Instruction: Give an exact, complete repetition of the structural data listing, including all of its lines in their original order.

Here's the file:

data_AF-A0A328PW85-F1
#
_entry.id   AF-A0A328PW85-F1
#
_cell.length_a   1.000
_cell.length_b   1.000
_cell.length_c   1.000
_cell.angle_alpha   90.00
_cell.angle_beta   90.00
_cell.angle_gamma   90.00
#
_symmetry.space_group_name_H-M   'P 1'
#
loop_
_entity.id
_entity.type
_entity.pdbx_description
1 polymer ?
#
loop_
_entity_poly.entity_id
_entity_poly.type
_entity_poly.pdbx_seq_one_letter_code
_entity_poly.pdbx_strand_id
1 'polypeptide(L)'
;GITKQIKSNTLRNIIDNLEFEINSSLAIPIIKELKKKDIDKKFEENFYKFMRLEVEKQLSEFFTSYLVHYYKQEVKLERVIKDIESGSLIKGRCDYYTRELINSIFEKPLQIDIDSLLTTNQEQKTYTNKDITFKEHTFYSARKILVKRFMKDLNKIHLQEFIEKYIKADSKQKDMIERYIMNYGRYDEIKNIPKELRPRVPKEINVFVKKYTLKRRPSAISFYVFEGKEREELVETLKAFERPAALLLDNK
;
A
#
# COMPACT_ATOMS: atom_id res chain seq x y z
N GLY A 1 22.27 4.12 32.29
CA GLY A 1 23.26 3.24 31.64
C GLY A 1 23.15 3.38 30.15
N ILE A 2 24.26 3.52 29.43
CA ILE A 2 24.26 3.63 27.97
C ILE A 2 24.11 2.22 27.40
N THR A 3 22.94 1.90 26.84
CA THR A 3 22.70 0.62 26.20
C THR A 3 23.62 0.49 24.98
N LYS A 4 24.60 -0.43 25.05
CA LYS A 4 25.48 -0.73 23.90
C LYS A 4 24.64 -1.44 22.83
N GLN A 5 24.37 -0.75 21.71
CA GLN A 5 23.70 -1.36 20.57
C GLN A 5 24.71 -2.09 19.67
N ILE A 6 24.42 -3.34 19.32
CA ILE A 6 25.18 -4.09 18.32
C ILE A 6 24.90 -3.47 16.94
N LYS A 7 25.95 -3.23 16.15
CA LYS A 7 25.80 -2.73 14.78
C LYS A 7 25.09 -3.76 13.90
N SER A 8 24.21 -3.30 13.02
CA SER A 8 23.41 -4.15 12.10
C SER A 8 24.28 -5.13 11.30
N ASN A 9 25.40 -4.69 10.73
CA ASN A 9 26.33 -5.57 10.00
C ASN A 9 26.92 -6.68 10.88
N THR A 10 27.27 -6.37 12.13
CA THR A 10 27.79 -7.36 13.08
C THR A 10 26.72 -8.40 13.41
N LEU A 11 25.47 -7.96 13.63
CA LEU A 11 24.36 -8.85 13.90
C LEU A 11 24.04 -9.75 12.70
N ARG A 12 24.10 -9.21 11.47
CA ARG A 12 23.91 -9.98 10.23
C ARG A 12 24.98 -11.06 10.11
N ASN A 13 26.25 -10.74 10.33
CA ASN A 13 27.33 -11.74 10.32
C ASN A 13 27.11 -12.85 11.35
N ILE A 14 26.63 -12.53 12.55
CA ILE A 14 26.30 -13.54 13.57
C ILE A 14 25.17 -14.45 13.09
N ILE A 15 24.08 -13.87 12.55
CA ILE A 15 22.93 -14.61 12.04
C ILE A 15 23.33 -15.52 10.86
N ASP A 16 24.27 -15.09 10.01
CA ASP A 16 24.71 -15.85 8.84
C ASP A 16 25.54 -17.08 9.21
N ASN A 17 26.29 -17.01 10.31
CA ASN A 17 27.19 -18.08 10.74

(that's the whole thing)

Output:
data_AF-A0A328PW85-F1
#
_entry.id   AF-A0A328PW85-F1
#
_cell.length_a   1.000
_cell.length_b   1.000
_cell.length_c   1.000
_cell.angle_alpha   90.00
_cell.angle_beta   90.00
_cell.angle_gamma   90.00
#
_symmetry.space_group_name_H-M   'P 1'
#
loop_
_entity.id
_entity.type
_entity.pdbx_description
1 polymer ?
#
loop_
_entity_poly.entity_id
_entity_poly.type
_entity_poly.pdbx_seq_one_letter_code
_entity_poly.pdbx_strand_id
1 'polypeptide(L)'
;GITKQIKSNTLRNIIDNLEFEINSSLAIPIIKELKKKDIDKKFEENFYKFMRLEVEKQLSEFFTSYLVHYYKQEVKLERVIKDIESGSLIKGRCDYYTRELINSIFEKPLQIDIDSLLTTNQEQKTYTNKDITFKEHTFYSARKILVKRFMKDLNKIHLQEFIEKYIKADSKQKDMIERYIMNYGRYDEIKNIPKELRPRVPKEINVFVKKYTLKRRPSAISFYVFEGKEREELVETLKAFERPAALLLDNK
;
A
#
# COMPACT_ATOMS: atom_id res chain seq x y z
N GLY A 1 22.27 4.12 32.29
CA GLY A 1 23.26 3.24 31.64
C GLY A 1 23.15 3.38 30.15
N ILE A 2 24.26 3.52 29.43
CA ILE A 2 24.26 3.63 27.97
C ILE A 2 24.11 2.22 27.40
N THR A 3 22.94 1.90 26.84
CA THR A 3 22.70 0.62 26.20
C THR A 3 23.62 0.49 24.98
N LYS A 4 24.60 -0.43 25.05
CA LYS A 4 25.48 -0.73 23.90
C LYS A 4 24.64 -1.44 22.83
N GLN A 5 24.37 -0.75 21.71
CA GLN A 5 23.70 -1.36 20.57
C GLN A 5 24.71 -2.09 19.67
N ILE A 6 24.42 -3.34 19.32
CA ILE A 6 25.18 -4.09 18.32
C ILE A 6 24.90 -3.47 16.94
N LYS A 7 25.95 -3.23 16.15
CA LYS A 7 25.80 -2.73 14.78
C LYS A 7 25.09 -3.76 13.90
N SER A 8 24.21 -3.30 13.02
CA SER A 8 23.41 -4.15 12.10
C SER A 8 24.28 -5.13 11.30
N ASN A 9 25.40 -4.69 10.73
CA ASN A 9 26.33 -5.57 10.00
C ASN A 9 26.92 -6.68 10.88
N THR A 10 27.27 -6.37 12.13
CA THR A 10 27.79 -7.36 13.08
C THR A 10 26.72 -8.40 13.41
N LEU A 11 25.47 -7.96 13.63
CA LEU A 11 24.36 -8.85 13.90
C LEU A 11 24.04 -9.75 12.70
N ARG A 12 24.10 -9.21 11.47
CA ARG A 12 23.91 -9.98 10.23
C ARG A 12 24.98 -11.06 10.11
N ASN A 13 26.25 -10.74 10.33
CA ASN A 13 27.33 -11.74 10.32
C ASN A 13 27.11 -12.85 11.35
N ILE A 14 26.63 -12.53 12.55
CA ILE A 14 26.30 -13.54 13.57
C ILE A 14 25.17 -14.45 13.09
N ILE A 15 24.08 -13.87 12.55
CA ILE A 15 22.93 -14.61 12.04
C ILE A 15 23.33 -15.52 10.86
N ASP A 16 24.27 -15.09 10.01
CA ASP A 16 24.71 -15.85 8.84
C ASP A 16 25.54 -17.08 9.21
N ASN A 17 26.29 -17.01 10.31
CA ASN A 17 27.19 -18.08 10.74